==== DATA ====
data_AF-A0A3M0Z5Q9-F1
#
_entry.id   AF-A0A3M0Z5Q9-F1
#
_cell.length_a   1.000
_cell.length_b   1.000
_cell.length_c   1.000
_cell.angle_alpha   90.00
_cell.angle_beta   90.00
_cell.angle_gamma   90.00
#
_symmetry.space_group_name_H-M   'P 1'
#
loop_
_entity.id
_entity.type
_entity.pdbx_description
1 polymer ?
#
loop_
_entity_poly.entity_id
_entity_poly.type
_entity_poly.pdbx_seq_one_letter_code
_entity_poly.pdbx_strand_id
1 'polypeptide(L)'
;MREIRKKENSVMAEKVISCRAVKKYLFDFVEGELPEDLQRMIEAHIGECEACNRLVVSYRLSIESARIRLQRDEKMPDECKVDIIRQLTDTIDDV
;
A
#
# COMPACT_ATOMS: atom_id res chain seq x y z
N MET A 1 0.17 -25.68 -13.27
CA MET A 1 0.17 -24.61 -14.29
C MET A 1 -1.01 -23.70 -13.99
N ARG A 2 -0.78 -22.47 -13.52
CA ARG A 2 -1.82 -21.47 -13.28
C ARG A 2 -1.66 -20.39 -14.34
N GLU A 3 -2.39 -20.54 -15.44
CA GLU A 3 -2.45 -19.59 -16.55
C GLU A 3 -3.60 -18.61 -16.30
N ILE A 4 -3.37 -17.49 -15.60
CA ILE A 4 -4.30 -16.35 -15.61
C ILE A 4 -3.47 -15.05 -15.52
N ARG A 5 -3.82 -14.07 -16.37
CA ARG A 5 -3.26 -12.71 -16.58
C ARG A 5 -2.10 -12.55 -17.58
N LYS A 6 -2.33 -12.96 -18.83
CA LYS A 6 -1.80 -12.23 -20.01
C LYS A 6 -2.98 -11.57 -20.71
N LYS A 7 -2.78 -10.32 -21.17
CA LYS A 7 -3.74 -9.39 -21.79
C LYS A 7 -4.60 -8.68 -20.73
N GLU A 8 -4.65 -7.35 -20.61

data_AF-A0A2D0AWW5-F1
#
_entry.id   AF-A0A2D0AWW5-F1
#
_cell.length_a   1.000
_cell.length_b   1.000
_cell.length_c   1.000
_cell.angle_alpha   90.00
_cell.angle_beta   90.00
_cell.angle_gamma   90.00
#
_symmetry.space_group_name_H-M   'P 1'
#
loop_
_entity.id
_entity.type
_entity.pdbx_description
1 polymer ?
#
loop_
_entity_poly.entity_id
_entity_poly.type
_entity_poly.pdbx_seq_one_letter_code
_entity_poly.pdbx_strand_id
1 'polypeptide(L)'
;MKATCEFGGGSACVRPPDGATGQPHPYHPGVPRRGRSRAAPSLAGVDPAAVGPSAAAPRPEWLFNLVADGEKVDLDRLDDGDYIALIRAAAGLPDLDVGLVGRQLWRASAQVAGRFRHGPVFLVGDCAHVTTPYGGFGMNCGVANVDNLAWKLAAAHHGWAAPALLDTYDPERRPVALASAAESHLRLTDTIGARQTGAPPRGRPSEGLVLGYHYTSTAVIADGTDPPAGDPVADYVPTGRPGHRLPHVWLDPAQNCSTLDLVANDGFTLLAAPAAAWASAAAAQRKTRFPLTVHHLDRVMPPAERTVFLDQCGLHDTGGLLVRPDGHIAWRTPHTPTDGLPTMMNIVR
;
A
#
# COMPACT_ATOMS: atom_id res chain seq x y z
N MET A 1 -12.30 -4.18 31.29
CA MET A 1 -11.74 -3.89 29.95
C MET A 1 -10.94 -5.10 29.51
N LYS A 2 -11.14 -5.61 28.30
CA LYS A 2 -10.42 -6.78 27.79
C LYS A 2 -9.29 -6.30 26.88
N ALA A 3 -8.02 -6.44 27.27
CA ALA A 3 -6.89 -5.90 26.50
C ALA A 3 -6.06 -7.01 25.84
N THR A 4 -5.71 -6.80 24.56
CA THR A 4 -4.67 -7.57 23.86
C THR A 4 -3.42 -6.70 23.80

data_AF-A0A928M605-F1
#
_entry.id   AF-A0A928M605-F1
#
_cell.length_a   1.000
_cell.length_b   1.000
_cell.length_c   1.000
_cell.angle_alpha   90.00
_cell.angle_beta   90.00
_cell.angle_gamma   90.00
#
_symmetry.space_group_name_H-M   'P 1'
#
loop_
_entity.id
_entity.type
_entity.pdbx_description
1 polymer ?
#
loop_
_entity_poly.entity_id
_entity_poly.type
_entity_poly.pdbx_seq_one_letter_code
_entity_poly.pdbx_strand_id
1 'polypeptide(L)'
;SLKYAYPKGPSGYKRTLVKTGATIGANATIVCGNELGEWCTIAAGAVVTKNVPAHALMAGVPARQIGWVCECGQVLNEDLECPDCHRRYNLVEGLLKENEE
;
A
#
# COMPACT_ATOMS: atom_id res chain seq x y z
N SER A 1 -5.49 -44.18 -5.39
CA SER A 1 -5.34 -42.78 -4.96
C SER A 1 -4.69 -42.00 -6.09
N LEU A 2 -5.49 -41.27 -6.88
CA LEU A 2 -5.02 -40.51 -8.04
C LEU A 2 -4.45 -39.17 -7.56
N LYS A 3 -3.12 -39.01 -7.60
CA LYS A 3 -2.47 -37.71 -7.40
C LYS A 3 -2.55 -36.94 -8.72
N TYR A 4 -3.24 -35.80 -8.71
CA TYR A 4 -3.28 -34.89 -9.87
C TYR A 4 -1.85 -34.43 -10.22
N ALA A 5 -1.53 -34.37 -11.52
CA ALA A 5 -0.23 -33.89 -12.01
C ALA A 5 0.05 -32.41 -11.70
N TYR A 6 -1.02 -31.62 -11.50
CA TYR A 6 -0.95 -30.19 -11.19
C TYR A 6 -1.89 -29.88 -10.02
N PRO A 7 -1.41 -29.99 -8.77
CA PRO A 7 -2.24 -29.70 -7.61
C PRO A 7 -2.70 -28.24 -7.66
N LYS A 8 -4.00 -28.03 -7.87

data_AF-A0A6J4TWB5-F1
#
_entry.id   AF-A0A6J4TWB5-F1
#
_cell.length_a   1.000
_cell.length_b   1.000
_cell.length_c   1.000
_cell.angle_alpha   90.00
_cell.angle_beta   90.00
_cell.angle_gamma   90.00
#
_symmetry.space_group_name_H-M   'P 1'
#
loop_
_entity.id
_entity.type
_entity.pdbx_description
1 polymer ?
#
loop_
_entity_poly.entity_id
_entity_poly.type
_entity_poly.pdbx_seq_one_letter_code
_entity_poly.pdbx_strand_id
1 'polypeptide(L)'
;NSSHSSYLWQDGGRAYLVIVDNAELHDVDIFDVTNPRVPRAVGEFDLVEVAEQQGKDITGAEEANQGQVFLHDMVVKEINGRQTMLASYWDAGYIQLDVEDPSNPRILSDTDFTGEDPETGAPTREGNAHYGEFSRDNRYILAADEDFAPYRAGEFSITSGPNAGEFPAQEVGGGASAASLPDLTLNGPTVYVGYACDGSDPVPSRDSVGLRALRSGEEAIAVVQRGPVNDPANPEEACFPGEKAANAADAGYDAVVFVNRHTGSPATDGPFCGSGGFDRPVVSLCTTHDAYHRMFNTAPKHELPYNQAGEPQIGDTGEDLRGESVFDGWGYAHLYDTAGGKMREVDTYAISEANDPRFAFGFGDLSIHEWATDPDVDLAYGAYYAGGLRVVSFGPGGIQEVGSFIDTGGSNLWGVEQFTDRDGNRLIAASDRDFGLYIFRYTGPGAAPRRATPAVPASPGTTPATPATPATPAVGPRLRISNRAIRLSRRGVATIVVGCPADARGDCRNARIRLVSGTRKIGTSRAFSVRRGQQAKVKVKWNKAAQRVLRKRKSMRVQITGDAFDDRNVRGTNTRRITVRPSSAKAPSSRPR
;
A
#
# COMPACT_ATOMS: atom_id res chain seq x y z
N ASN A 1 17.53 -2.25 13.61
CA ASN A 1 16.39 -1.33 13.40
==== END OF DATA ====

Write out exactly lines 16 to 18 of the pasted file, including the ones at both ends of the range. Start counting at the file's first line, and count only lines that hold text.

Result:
_entity.type
_entity.pdbx_description
1 polymer ?